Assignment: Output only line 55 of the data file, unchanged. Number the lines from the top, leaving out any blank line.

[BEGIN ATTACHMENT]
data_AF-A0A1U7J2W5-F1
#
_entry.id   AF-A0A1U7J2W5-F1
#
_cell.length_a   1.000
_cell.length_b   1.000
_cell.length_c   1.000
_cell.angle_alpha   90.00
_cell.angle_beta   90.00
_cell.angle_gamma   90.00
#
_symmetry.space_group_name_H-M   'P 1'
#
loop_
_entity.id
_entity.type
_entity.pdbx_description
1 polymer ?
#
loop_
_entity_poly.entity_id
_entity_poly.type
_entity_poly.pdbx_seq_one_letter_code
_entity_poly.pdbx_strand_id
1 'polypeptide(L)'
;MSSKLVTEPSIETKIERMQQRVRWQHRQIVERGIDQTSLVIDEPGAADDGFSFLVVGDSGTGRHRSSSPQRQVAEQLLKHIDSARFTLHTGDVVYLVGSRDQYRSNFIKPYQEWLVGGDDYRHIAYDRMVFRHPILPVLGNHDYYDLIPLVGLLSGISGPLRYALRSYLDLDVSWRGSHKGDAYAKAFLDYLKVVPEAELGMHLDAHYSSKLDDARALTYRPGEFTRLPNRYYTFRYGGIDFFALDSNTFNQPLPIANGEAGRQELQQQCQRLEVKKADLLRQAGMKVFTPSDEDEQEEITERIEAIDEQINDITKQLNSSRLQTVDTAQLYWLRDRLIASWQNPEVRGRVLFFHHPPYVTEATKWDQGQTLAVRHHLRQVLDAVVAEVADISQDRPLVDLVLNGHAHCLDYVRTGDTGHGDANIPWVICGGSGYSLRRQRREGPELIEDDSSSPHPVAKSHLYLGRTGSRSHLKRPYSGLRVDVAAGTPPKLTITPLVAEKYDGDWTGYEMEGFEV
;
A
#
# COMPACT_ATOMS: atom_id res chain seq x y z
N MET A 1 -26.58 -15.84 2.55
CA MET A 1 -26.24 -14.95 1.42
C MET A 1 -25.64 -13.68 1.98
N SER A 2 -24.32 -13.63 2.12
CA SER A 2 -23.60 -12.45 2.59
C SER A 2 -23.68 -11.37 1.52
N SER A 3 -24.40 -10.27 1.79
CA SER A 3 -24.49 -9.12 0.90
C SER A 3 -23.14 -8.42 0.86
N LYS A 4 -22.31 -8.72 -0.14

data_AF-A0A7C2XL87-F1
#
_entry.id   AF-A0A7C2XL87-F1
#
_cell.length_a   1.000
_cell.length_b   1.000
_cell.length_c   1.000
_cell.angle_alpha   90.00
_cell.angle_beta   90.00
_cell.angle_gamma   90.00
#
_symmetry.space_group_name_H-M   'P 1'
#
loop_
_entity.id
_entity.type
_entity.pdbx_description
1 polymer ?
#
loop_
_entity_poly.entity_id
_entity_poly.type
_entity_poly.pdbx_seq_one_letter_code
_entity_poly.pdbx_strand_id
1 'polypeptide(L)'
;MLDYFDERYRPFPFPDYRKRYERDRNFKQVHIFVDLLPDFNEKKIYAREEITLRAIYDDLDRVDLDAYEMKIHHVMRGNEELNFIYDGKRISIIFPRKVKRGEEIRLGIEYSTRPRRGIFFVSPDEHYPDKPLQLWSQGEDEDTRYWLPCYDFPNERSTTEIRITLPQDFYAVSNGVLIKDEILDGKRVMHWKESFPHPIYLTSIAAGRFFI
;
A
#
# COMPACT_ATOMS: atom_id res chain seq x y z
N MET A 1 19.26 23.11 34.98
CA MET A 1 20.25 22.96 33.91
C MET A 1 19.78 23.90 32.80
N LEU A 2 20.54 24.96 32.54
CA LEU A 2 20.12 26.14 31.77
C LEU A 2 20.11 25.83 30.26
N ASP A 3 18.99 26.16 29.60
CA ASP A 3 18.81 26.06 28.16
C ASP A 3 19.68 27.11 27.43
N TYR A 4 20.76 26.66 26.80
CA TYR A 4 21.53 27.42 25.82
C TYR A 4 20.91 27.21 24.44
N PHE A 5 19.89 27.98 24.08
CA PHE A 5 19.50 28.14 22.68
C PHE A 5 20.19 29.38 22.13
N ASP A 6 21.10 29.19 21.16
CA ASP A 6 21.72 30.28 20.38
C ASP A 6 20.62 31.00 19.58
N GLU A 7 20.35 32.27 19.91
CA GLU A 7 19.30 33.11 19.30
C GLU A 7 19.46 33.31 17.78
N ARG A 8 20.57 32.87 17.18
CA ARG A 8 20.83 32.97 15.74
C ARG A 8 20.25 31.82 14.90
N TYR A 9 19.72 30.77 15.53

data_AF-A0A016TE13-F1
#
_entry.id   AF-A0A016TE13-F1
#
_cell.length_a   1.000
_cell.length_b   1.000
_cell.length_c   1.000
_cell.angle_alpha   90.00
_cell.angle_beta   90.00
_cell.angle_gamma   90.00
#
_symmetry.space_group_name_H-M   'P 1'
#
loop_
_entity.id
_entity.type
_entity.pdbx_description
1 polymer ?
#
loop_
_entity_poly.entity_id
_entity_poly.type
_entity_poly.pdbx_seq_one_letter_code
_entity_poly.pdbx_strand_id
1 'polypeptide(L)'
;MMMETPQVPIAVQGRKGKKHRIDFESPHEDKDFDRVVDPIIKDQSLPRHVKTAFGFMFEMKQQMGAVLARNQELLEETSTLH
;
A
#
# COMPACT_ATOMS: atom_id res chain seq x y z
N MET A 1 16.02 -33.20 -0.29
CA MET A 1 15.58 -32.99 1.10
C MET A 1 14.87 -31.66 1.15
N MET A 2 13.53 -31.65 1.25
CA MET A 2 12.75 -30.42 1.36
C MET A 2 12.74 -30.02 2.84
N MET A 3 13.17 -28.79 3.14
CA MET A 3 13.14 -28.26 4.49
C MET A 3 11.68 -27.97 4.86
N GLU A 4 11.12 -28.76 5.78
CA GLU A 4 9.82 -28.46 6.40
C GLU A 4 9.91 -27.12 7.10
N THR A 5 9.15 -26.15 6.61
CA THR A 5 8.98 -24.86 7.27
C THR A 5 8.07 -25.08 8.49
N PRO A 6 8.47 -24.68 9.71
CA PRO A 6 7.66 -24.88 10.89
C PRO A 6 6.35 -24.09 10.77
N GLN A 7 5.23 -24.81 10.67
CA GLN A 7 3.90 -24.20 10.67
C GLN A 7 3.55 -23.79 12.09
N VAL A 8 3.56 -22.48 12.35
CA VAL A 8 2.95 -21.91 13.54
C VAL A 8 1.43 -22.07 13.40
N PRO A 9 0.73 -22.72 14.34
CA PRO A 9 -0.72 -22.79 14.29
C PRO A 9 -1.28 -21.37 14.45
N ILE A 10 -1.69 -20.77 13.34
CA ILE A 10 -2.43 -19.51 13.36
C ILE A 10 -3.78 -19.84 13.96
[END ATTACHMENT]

_entity.id